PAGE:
6. Why the GND tries to solve everything
The new episode of the Columbia Energy Exchange podcast is a chat with Rhiana Gunn-Wright of New Consensus, a very young think tank that's influential in the GND movement.
Why it matters: The GND is dominating the conversation in climate policy and politics right now, and a number of top-tier Democratic White House hopefuls have signed on.
The intrigue: One interesting part of the podcast explores the connective tissue between an aggressive emissions-cutting plan and provisions like jobs guarantees and sweeping health care goals.
- One connection is the idea of creating more fluidity in the labor force to enable widespread participation in climate-friendly sectors. Gunn-Wright notes that people are often wedded to their jobs because of employer-sponsored health care.
- “We recognize that there has to be a supportive system in order for people to take these new jobs that are coming out to create, possibly, more flexibility in the labor market if we are going to need people to be moving from particular industries into other industries,” she said.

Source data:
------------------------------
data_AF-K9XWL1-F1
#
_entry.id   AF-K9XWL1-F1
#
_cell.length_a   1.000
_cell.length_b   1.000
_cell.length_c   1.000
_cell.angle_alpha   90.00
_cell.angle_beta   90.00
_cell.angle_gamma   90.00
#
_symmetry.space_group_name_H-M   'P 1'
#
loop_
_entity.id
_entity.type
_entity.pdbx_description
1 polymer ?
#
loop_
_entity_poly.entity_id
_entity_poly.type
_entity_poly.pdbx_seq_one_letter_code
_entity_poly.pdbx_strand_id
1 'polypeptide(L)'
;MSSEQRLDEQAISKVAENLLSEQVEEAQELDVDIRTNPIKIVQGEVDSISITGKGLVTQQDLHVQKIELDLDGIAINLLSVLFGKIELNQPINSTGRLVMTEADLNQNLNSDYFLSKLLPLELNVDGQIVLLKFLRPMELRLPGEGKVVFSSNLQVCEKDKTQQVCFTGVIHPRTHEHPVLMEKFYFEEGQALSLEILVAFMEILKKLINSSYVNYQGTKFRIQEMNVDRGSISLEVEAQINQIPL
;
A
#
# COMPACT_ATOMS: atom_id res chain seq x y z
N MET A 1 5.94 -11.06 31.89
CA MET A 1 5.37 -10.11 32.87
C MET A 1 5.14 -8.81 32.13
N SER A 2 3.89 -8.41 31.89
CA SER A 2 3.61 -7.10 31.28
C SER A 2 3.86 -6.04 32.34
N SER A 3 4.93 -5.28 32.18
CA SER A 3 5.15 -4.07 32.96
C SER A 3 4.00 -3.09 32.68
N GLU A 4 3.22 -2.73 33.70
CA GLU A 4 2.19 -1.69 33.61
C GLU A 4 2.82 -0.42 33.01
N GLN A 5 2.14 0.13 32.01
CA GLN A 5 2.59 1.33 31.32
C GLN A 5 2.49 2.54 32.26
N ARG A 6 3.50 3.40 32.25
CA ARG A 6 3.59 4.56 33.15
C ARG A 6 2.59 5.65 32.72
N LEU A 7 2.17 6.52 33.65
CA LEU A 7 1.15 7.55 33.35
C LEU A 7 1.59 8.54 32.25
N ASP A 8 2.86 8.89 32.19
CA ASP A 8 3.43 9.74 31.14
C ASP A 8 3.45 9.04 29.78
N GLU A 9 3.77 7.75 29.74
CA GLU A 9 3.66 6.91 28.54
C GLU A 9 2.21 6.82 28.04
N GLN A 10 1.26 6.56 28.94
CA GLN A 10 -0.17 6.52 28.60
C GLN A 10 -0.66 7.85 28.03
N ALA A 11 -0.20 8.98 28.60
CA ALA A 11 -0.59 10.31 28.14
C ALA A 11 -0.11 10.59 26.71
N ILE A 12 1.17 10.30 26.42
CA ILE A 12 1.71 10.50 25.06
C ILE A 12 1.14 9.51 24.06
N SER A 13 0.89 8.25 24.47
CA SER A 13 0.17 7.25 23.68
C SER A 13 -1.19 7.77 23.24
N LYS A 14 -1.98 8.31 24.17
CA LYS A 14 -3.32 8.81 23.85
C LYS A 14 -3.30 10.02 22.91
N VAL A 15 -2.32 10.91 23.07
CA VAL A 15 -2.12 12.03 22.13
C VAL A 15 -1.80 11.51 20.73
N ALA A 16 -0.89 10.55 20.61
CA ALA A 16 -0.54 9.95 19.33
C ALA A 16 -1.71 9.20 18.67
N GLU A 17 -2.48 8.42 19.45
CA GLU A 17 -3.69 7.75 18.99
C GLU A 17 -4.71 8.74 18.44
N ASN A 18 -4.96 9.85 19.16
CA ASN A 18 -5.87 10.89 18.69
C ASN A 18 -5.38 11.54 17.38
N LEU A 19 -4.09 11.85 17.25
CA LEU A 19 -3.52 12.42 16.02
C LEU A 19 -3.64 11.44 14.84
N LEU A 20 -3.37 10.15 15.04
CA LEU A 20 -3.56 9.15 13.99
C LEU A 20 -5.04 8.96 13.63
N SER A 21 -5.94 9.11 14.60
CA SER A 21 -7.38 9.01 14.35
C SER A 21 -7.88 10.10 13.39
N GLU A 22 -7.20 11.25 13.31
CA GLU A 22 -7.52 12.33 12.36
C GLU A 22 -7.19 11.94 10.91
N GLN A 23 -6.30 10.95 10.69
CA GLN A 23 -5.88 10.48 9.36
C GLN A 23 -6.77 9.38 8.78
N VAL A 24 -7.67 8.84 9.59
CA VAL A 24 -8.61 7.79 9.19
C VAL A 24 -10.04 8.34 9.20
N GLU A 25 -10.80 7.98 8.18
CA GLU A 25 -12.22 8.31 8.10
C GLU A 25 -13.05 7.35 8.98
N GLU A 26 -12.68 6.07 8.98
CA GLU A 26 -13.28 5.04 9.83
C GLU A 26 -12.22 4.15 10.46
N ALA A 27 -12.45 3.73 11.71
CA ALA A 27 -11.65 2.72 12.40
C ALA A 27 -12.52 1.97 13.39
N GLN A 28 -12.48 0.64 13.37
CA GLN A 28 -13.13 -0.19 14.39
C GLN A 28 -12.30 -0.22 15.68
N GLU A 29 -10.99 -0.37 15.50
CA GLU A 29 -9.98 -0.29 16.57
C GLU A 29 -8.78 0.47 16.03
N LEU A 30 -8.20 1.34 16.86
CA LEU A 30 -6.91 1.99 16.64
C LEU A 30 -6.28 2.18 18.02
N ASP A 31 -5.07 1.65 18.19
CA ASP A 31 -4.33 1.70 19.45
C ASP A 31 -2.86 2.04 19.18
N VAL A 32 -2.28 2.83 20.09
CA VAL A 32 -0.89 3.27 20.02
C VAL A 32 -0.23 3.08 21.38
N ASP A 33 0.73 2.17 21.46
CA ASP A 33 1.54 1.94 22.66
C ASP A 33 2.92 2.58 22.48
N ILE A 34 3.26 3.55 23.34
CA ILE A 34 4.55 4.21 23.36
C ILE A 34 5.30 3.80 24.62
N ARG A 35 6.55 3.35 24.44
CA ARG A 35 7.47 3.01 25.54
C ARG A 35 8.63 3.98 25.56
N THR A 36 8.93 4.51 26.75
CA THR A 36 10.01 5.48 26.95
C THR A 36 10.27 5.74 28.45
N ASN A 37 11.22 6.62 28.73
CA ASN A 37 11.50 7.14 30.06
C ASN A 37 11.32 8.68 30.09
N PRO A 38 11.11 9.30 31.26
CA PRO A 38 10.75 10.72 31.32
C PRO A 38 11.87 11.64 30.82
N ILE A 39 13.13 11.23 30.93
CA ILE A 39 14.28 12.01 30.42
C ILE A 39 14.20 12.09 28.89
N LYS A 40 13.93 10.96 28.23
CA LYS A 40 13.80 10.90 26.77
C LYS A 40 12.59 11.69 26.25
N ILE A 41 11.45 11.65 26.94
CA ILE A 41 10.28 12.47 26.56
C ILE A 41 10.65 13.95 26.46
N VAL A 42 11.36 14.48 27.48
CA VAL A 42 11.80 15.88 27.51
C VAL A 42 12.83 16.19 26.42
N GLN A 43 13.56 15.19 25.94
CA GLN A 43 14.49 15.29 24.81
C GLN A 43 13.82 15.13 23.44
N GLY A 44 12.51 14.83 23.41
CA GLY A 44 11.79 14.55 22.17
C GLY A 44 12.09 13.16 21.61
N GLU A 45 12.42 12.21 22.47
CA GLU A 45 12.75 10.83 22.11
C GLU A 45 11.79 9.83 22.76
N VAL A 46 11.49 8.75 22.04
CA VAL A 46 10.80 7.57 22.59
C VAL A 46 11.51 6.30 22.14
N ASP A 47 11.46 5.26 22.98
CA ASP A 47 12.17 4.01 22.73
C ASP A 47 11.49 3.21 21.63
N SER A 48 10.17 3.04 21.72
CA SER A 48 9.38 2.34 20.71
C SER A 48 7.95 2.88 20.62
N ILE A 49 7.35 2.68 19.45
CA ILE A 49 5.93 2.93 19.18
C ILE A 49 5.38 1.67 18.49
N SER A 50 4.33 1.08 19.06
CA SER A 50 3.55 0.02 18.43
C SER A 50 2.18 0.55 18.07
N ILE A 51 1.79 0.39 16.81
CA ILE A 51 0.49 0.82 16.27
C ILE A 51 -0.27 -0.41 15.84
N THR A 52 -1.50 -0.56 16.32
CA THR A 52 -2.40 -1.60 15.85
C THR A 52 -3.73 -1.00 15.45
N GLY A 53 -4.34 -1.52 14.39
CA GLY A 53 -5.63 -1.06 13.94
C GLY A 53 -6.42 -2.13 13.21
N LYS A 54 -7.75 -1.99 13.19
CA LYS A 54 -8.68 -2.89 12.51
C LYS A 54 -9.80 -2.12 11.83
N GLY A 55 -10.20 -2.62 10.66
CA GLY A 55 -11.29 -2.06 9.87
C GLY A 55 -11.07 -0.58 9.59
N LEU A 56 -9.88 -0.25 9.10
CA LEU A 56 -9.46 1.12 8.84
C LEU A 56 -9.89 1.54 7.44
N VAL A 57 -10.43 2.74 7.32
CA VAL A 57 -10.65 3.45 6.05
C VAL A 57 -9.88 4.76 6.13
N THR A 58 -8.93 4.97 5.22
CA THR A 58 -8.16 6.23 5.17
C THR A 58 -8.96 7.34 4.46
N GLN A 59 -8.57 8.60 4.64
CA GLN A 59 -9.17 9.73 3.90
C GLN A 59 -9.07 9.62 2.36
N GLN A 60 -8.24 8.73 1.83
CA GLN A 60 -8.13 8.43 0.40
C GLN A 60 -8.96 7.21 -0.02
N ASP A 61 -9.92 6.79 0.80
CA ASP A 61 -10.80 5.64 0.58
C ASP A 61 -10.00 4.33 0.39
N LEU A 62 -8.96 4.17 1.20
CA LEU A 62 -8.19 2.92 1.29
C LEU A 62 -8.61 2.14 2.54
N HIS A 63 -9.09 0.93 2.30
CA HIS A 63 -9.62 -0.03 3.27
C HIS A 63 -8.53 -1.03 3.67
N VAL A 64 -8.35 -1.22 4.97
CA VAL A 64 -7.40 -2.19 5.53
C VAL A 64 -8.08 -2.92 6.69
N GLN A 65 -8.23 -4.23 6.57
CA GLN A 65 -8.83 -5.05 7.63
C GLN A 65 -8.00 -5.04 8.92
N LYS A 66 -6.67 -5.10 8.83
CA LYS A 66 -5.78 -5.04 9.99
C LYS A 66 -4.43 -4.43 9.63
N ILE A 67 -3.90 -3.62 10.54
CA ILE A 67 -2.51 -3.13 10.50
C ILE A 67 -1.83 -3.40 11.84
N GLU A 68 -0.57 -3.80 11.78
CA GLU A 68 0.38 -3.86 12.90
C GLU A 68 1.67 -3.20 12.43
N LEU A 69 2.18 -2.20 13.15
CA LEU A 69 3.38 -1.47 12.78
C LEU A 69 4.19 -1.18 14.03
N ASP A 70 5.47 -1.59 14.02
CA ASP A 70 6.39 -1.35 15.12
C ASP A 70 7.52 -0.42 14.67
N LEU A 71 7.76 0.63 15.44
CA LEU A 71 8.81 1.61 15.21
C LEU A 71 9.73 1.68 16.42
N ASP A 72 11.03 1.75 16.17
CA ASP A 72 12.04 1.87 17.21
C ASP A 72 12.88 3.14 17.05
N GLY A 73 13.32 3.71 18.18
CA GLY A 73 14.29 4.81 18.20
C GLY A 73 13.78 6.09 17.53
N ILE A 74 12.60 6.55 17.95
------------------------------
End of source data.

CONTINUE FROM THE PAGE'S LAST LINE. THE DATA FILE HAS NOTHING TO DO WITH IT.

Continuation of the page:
- She covers the same ground and more in this Twitter thread.
In terms of the politics of the climate plan, she argues that if it can be enacted, it would be less vulnerable to subsequent attacks because it's tethered to providing wider jobs and health care gains.
- “They understand that it is packaged together. We think that that could create a bit more durability too,” she said.
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There were two other weekend news bites on GND that caught my eye...
This long Twitter thread by tech expert and author Ramez Naam has a whole bunch of thought-provoking observations and criticisms.
- One criticism is that the GND isn't structured to help further push down tech costs in a way that spurs faster uptake in other countries.
- He also wants to see more emphasis on wringing emissions out of agriculture and industry.
- Naam floats an idea I hadn't heard before — to create an ag-focused agency modeled after the Advanced Research Projects Agency-Energy (he calls it ARPA-A).
- He'd also like to see an ARPA-I (for industry) focused on steel, cement and other manufacturing.
This Bloomberg opinion piece by Noah Smith says the costs for the social programs in the plan (and in the online FAQs that ended up being taken down) could lead the GND to "spend the U.S. into oblivion."